The ANC in KwaZulu-Natal is scrambling to find it’s next leader – a person on whom the party’s biggest province will pin its hopes as it looks to avoid being left out in the political wilderness.
Three names have been put forward for the top job ahead of the party’s conference in the province in April, though some have raised concerns that holding the meeting so soon may result in fresh court battles.
Former provincial chairperson Sihle Zikalala, former eThekwini mayor James Nxumalo and former MEC Mike Mabuyakhulu have been touted for the job in what will be yet another hot contest.
Insiders say a bruising battle cannot be avoided as the province needs to get serious about regaining its “kingmaker” status in the
“Things are still tense here. Sihle is no longer as powerful as he believed he was. He must also contend with the fact that he failed to deliver a top-six position for KwaZulu-Natal [during the national elective conference in December]. He is the first leader since the unbanning [of the party] to break that legacy,” one insider said.
At least five former leaders in the province contested for a position in the top six at the conference in Nasrec, but all their bids failed.
Zikalala said the conference would take place within the agreed timeframe.
“Our timeframe accommodates the work of the subcommittee looking into issues with membership and branches, so I am confident that the conference will happen on the set date in April without any postponement. I can tell you that there is already a date for April that has been finalised, but I won’t announce it to the media – structures will be informed first”.
Mabuyakhulu, who is also the provincial interim committee convener, told City Press that it was still too soon to make a call on whether the conference should be moved to a later date.
“We have set up a subcommittee that is dealing with all issues around membership. They haven’t as yet submitted their report and they have also not yet indicated to us where they have found major difficulties. If the report comes and we find there are major issues, it is only then that we will talk about what should be done in terms of our road map,” Mabuyakhulu said.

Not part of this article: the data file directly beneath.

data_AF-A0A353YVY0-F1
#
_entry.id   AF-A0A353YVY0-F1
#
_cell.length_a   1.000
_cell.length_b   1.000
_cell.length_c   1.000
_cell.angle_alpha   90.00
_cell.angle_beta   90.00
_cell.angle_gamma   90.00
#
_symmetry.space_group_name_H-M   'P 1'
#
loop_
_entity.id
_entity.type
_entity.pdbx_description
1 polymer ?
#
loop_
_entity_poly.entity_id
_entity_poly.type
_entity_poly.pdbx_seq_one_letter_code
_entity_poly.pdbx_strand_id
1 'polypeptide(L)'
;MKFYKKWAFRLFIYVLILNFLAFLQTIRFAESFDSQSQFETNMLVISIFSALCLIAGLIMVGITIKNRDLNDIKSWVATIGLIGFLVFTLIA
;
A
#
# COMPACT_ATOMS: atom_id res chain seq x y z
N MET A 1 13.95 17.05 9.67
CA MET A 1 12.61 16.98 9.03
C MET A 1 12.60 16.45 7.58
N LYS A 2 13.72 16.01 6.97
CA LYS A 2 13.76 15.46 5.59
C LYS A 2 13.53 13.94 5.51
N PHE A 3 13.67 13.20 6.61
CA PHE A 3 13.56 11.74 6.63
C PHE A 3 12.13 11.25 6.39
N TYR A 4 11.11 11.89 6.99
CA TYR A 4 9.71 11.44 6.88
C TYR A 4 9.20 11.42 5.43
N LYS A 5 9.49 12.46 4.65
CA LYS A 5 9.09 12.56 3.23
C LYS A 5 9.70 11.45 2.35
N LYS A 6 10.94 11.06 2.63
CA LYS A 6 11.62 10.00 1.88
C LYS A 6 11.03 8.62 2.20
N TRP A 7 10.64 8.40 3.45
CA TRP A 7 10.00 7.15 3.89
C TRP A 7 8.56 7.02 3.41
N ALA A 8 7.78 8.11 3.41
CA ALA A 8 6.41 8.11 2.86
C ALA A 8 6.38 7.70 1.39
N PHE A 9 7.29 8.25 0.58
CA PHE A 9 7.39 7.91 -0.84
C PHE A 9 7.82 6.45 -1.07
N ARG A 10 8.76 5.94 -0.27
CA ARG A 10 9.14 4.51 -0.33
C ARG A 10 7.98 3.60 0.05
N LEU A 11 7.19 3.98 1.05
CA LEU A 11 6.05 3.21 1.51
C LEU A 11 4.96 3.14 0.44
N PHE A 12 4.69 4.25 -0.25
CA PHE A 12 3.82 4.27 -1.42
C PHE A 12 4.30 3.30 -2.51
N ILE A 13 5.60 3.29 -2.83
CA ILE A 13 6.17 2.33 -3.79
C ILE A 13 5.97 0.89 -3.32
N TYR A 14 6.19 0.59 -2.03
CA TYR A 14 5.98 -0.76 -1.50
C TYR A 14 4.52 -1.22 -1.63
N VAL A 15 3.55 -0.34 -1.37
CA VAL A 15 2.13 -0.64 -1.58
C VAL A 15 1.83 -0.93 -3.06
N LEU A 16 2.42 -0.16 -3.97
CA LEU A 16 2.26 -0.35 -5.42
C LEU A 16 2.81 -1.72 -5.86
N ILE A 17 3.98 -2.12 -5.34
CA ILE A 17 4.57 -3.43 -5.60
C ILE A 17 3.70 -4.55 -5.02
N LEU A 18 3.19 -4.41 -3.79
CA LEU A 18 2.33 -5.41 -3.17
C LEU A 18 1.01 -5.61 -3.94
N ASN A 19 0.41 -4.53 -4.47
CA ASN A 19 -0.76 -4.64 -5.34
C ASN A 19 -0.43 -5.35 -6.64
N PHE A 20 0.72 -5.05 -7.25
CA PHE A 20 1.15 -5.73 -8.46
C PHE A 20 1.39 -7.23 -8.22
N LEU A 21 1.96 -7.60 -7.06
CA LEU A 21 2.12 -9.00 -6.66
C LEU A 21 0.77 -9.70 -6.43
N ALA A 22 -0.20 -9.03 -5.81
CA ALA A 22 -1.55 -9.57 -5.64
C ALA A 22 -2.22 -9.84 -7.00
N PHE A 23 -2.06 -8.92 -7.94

The convener, who served as economic development and tourism MEC when Senzo Mchunu was premier, was arrested for corruption earlier this month. Some of his backers have now opted to throw their weight behind Nxumalo.
“If Mike doesn’t survive this thing, or if it is not resolved in time, James will have to step up. He is a good fit for the job, but he will have to toughen up – this place is not the environment for a pastor,” an alliance insider said.
Nxumalo was ousted from his position in favour of Zikalala ally Zandile Gumede.
With the Mchunu and Zikalala factions still very much in existence, processes leading up to the conference will have to be flawless or the meeting could be interdicted or contested afterwards.
An outlandish proposal for former president Jacob Zuma to make a comeback as chairperson – and later premier – in the province was quickly doused with cold water.
“The guys sympathetic to Zuma wanted to make that proposal, but when it was leaked, it got so much backlash that it was abandoned. How can a statesman come back to serve at provincial level? Those childish things won’t fly,” the alliance insider said.
“The Zikalala faction is also imploding, so they can no longer get away with things they used to. Let us get the processes right and consult each other.”
Mabuyakhulu said that, although the alliance’s political forum had not yet gathered, it was an important part of the process of mending fences in the province.
“There is a 10-a-side delegation that is engaging on the issues that are the basis of consternation within the members of the movement,” Mabuyakhulu said.
Despite the anxiety in the province around rebuilding the KwaZulu-Natal “brand”, Mabuyakhulu downplayed fears that the province was at risk of losing the status it once enjoyed in the ANC.
“We have never been relegated to the political wilderness and we won’t be now. We had views towards the conference, but that conference has now come and gone.”
Zikalala said it was necessary to have a leadership emerge from the conference that is made up of all sides: “We simply cannot have a winner-takes-all approach at the conference.”
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